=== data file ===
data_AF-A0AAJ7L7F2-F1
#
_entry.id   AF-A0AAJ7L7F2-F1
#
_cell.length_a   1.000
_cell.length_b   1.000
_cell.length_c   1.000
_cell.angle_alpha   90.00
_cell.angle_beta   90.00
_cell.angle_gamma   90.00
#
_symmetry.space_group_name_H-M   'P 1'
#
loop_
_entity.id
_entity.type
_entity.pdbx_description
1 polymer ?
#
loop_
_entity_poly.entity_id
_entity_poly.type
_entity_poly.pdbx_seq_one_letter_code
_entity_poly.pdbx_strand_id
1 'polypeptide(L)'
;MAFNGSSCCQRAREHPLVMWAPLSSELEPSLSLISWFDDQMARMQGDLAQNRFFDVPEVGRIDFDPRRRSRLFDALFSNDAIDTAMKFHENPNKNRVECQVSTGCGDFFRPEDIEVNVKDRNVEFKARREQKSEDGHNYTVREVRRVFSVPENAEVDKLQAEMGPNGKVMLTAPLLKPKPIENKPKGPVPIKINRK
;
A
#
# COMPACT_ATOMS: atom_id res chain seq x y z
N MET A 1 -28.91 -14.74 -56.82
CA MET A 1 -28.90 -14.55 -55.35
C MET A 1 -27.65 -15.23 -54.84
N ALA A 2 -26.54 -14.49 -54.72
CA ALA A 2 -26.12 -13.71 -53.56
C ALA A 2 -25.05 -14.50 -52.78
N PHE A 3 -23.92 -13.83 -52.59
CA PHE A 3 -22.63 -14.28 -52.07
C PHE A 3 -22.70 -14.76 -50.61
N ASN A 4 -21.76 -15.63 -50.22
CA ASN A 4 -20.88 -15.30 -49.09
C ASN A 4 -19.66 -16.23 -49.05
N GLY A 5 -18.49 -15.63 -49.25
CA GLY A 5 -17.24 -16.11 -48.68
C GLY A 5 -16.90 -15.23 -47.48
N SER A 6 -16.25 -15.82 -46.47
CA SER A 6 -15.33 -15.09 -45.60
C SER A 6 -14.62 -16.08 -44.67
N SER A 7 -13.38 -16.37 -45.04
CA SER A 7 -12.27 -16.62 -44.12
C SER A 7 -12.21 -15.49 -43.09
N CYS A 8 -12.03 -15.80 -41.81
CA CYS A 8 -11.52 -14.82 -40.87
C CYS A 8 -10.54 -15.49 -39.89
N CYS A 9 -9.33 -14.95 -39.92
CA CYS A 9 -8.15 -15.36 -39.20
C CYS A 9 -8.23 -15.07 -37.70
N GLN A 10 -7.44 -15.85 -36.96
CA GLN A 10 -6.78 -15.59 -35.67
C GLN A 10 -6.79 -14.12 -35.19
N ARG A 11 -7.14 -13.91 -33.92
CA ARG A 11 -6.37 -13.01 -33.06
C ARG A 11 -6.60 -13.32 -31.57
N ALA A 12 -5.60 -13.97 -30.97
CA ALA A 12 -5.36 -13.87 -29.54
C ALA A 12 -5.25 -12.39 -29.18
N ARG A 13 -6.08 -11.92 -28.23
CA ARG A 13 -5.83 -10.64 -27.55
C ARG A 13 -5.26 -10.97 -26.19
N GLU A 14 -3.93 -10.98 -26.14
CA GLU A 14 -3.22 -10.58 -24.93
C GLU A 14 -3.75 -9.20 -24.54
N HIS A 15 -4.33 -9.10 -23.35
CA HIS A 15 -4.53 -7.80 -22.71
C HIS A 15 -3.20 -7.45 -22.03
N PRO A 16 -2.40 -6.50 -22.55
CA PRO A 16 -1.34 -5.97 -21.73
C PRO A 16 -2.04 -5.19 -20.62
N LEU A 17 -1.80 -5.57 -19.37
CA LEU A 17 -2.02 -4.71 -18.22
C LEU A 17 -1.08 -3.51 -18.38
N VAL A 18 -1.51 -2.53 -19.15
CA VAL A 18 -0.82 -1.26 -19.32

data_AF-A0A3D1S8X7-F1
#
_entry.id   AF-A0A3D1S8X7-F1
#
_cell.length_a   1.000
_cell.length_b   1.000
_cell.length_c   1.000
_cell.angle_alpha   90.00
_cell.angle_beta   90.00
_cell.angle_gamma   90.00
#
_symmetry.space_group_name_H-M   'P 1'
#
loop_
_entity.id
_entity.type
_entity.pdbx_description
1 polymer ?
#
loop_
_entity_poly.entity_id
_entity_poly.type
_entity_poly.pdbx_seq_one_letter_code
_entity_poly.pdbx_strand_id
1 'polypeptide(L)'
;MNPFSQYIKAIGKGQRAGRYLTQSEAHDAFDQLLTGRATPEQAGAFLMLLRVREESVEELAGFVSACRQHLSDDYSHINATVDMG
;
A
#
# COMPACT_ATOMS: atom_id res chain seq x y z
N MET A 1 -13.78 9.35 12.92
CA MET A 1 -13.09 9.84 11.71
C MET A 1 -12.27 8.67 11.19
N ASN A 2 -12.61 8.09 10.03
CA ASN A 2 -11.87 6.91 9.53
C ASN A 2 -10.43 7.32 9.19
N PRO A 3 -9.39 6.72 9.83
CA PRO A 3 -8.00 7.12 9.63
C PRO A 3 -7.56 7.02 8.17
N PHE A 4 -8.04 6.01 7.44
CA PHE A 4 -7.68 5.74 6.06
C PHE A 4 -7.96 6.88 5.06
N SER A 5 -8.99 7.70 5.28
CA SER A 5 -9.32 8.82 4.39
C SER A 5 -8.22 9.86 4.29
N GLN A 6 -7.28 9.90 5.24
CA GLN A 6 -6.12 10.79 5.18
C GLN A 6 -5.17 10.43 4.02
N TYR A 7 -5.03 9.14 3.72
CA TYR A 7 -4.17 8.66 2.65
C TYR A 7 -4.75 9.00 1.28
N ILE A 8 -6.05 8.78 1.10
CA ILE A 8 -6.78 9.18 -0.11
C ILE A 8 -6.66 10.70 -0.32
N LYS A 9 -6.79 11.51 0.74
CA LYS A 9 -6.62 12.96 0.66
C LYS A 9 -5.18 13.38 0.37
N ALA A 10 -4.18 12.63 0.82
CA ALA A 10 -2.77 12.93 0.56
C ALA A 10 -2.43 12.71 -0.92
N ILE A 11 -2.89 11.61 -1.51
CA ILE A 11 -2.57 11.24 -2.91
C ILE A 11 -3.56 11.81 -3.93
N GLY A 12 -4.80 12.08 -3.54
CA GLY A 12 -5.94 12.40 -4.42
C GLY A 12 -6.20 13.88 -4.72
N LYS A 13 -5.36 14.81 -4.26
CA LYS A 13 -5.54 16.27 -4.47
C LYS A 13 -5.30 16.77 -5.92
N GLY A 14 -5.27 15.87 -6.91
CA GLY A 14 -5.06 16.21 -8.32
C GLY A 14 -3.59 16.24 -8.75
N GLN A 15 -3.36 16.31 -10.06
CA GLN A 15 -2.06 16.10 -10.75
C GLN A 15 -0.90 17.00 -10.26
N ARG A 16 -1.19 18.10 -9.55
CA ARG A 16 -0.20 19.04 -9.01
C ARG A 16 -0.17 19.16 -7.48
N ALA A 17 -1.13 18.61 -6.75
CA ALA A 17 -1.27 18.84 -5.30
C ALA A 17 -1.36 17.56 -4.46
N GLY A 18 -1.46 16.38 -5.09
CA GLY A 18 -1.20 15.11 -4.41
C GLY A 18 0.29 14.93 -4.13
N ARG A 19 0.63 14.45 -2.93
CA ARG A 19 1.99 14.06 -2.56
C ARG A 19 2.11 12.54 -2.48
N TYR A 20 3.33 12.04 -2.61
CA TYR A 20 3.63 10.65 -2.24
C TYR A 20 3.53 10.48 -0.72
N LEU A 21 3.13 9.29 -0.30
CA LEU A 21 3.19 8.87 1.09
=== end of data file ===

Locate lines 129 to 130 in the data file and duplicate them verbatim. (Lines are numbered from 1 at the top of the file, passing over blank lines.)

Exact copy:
N GLN A 6 -7.28 9.90 5.24
CA GLN A 6 -6.12 10.79 5.18